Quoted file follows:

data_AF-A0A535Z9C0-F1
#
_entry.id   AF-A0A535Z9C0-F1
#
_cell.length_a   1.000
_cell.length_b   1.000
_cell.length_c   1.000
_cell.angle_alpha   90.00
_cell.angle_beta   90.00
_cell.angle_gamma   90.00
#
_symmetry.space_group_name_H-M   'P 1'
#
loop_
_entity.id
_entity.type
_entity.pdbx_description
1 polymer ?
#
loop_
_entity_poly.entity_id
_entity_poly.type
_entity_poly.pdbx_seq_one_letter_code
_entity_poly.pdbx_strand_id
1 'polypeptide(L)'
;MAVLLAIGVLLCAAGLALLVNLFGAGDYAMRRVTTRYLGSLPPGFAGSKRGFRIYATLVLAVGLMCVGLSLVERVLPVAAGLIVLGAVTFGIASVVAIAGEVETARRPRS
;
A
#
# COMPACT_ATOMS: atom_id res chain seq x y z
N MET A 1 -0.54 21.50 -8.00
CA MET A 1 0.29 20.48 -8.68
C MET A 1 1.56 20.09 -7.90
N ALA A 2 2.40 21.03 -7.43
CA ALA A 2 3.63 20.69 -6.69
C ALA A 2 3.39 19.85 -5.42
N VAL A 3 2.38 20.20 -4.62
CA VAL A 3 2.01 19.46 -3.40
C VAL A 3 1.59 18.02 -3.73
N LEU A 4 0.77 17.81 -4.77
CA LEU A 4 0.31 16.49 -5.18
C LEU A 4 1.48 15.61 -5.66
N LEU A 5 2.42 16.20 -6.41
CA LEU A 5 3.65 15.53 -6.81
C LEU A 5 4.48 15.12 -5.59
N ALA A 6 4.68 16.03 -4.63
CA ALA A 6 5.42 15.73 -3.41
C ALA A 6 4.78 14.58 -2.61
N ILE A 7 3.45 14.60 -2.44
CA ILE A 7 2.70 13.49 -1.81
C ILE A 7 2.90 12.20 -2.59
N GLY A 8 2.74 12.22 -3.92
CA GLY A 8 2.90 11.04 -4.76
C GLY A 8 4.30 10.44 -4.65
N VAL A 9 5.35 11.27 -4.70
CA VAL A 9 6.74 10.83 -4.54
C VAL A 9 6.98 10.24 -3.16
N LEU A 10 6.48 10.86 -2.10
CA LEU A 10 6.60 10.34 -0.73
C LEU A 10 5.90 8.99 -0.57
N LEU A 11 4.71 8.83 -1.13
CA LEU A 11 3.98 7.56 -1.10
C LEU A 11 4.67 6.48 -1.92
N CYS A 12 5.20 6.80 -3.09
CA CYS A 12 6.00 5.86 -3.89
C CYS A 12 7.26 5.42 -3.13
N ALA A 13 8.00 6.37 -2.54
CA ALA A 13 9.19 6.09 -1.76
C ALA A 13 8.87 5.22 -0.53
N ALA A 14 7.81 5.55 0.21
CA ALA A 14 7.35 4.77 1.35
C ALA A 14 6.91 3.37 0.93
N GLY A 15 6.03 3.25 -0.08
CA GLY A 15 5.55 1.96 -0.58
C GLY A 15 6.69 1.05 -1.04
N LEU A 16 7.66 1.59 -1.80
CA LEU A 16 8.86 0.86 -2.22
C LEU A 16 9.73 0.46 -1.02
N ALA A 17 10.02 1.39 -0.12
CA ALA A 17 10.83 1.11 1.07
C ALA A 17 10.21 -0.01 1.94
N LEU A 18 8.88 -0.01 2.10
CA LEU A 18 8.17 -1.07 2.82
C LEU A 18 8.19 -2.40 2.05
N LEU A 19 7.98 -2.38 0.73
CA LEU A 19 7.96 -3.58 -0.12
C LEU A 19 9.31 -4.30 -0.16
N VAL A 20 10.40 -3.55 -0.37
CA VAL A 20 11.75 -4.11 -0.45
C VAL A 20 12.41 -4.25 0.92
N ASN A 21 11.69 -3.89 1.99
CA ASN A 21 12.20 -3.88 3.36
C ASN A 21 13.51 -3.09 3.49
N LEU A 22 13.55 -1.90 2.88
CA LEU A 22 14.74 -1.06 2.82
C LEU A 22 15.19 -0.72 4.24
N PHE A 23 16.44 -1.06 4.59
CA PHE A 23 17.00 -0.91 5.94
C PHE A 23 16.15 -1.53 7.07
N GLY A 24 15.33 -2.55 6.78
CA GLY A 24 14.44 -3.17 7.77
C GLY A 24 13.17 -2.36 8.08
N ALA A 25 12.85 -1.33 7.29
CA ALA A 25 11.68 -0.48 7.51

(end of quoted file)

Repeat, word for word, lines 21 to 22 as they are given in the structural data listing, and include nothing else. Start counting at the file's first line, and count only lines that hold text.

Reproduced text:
_entity_poly.entity_id
_entity_poly.type